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  February 24-March 3, 2003

Tobias Picker's
Orchestral  Work

By Duane Harper Grant

Tobias Picker is perhaps best-known for his operas Emmeline and Thérèse Raquin but as a new Chandos CD release shows the New York born (1954) and
 raised composer has composed a vast body of distinguished work ranging from orchestral to opera to ensemble and everything in between. In 1982 he was commissioned to write a piece to celebrate the centennial of the Brooklyn Bridge. Eight months later in front of an audience of over 2 million people the piece premiered at the  celebration with Picker playing the piano. It was a great success. That piece, a piano concerto titled "Keys to the City", is the first piece on this new Chandos CD.

In writing this 18-minute piece Picker immersed himself in his subject. He studied the bridge, its life, legacy and lore. He went to the bridge and took it in from many perspectives at different times of day and evening, taking in its look, its construction, its sounds and its life, its prose and poetry. What is evident from the onset of the piece is that it is of the lineage of great piano concertos of the Romantic and Post-Romantic eras. The opening is grand and grabs the listener with rhythmic, textural and thematic interest. Then we are led into the piece by the sinewy piano ruminations with an underpinning of strings supporting the piano's every move. And move it does. There is no dearth of ideas in this single movement piece. A rhapsodic work, it springs from theme to theme using jazz harmonies and riffs, show-type melodies and a tip of the hat from the piano to Gershwin. It it held my attention with brilliant intent and propulsion.

The title of the second piece on the new Chandos, "And Suddenly it's Evening," is taken from a poem by Salvatore Quasimodo. Commissioned by a consortium of youth orchestras the piece, which is also inspired by the same poem, is a reflection on the fading of youth. The first movement is thematically subtle but stays intact throughout and seems to suggest; yes, it is almost dark. The second movement captures at once an essence of wonder and foreboding. The violin and viola express their plaintive themes. In the third movement, "Suddenly Evening", we hear an urgency and alarm in the strident statement of the strings. As the horn enters we are aware of the eminent falling of night.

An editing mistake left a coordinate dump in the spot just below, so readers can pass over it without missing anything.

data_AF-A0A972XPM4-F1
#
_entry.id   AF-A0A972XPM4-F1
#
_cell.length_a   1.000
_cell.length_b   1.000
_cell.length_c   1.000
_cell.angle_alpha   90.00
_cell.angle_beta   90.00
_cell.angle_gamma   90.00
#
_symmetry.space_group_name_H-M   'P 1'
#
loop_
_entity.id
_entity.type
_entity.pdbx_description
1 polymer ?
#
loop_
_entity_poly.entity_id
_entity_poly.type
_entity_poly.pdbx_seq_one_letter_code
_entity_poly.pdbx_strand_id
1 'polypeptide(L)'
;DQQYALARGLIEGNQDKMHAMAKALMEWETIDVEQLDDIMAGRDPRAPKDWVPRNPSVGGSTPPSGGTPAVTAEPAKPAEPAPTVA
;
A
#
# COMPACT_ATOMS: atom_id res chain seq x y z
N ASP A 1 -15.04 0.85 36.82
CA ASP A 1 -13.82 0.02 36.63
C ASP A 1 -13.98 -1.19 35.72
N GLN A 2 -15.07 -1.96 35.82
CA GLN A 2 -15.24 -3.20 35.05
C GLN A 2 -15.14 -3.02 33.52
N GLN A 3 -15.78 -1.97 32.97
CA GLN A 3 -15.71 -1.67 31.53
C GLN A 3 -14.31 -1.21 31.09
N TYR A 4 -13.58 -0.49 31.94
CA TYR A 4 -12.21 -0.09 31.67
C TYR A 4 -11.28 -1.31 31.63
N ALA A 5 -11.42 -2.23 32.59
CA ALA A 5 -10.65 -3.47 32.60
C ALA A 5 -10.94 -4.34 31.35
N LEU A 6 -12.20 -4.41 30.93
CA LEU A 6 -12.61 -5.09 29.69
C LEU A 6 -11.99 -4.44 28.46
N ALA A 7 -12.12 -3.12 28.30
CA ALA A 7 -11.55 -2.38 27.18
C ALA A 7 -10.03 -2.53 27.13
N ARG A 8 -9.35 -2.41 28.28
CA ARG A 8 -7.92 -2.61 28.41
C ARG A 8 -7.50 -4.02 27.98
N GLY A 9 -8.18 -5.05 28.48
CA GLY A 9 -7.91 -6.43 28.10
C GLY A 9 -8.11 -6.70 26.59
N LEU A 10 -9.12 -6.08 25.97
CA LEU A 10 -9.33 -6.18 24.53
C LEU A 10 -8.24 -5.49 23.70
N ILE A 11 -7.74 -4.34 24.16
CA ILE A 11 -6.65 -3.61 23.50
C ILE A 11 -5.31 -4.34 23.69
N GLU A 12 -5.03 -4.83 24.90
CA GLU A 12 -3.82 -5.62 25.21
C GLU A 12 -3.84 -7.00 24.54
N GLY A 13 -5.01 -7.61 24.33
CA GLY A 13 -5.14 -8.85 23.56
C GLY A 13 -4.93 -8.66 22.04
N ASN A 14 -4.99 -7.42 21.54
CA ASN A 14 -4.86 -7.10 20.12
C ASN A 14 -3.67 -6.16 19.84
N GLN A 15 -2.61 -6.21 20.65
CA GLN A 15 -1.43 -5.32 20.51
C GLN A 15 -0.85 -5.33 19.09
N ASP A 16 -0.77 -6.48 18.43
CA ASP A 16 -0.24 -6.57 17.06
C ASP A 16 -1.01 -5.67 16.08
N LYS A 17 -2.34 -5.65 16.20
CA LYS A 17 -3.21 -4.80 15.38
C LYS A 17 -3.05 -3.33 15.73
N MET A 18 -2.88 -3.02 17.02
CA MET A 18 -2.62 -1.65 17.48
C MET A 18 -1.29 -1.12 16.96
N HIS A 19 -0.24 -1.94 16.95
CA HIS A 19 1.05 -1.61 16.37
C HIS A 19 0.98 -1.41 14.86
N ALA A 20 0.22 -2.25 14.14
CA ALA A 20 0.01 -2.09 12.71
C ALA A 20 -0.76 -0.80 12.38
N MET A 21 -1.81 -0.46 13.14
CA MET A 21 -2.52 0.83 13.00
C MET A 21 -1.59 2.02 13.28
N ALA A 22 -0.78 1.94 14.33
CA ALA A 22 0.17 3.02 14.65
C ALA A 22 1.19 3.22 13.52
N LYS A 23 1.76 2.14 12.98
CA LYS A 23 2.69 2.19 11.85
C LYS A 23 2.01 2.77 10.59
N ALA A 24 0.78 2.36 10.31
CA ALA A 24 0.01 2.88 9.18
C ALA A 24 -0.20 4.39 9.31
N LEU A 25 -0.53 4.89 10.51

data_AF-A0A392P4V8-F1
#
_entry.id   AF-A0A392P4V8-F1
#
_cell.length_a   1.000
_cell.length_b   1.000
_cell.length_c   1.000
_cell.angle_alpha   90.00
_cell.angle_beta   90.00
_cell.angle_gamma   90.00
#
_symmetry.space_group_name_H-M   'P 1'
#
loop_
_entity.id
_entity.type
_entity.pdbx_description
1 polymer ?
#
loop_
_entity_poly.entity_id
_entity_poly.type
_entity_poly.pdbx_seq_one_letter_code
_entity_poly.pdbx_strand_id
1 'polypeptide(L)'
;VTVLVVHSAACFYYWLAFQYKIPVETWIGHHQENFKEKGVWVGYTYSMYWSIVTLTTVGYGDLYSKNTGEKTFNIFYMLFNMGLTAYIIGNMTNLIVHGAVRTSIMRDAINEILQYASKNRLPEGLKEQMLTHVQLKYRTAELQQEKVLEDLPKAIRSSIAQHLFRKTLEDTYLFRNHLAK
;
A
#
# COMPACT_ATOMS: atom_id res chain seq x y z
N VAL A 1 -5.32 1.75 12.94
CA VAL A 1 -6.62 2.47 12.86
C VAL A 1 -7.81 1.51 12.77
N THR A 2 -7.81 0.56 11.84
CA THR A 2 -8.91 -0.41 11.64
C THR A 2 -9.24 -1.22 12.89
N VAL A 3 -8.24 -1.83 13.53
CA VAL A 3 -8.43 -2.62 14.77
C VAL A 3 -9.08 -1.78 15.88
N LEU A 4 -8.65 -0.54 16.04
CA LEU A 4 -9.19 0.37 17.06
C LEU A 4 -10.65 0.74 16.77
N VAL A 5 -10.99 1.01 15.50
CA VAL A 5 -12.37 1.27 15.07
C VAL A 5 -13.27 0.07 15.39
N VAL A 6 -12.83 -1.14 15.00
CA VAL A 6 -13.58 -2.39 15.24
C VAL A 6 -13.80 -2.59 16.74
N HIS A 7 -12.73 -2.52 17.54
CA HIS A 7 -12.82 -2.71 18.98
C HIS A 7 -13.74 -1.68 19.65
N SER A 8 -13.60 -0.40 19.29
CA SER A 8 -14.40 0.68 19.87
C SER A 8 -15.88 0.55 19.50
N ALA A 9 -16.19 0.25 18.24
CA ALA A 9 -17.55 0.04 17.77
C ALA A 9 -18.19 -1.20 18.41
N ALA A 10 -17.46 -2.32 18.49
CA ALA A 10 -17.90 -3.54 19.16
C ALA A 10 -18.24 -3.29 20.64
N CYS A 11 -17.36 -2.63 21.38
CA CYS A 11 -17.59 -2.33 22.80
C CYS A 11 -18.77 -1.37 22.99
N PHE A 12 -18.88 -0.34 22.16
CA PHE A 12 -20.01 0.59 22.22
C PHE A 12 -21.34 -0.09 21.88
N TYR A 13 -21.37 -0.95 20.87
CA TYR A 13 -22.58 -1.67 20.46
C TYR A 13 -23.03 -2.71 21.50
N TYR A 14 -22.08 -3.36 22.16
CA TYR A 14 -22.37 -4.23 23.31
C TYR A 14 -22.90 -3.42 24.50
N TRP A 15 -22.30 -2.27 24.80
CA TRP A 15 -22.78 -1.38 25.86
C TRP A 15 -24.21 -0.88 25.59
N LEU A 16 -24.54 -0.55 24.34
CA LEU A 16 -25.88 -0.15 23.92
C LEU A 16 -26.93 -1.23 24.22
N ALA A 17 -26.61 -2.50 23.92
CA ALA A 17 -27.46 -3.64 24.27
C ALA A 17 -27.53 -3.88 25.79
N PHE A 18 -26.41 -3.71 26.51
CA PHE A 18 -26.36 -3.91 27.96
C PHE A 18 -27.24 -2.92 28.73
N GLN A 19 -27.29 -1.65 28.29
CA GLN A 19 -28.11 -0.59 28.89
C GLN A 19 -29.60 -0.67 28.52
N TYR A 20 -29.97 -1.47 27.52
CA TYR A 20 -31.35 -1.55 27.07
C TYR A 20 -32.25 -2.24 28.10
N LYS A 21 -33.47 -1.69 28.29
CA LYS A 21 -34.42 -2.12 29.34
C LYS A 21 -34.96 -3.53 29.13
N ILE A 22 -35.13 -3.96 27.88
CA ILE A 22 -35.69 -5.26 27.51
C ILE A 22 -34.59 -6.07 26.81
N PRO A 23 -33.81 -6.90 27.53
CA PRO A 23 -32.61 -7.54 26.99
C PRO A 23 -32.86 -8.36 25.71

"The Concerto For Cello and Orchestra" was commissioned by the BBC and first performed at a London Proms concert in August 2001. This is just beautiful writing. The cello is so rich and full of texture its melodies stand out against the underpinnings and counter melodies of the orchestra. The first movement, "Not Even the Rain" I was listening to on a rainy Sunday afternoon in February and was a perfect complement for the reflective mood I was in. The segues from solo to orchestra and back are seamless. "Those We Loved" is the title of the second movement. Beautiful and poetic the cello is again set against rich under textures and the counter melodies are used well to give the feeling of a little urgency. "Lament" the third movement is dark and still like a long, cloudy afternoon or dusk. It's mesmerizing. Play it on a rainy afternoon and feel it all the way through.

If you only know Picker through his operas, this CD is a splendid introduction to his formidable symphonic talents. 

Keys to the City, And Suddenly it's Evening, Cello Concerto
Composer:  Tobias Picker
With Paul Watkins-cello, Jeremy Denk-piano,
Russian Philharmonic Orchestra conducted by: Thomas Sanderling
Chandos CD 10039
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Our writers welcome your comments on their pieces.  Send your witty bon mots to jbowles@sequenza21.com and we might even publish some of them here.  And, don't forget--if you'd like to write for Sequenza21 (understanding that we have no money to pay you), send me a note. JB

Giving Russian Musicians A Reason To Stay The Russian government hs established a set of grants designed to provide incentive for the nation's top musicians to keep their talents in country, rather than seeking out higher-paying positions in Europe and America. The average Russian orchestra musician currently makes around US$120 a month. The grants, which will be doled out to seven musical organizations in Moscow and St. Petersburg, will be used principally to increase those salaries to as much as $1400 a month. The money is a welcome relief for cash-strapped orchestras and conservatories, but many fear the fix may be temporary. Gramophone 02/19/03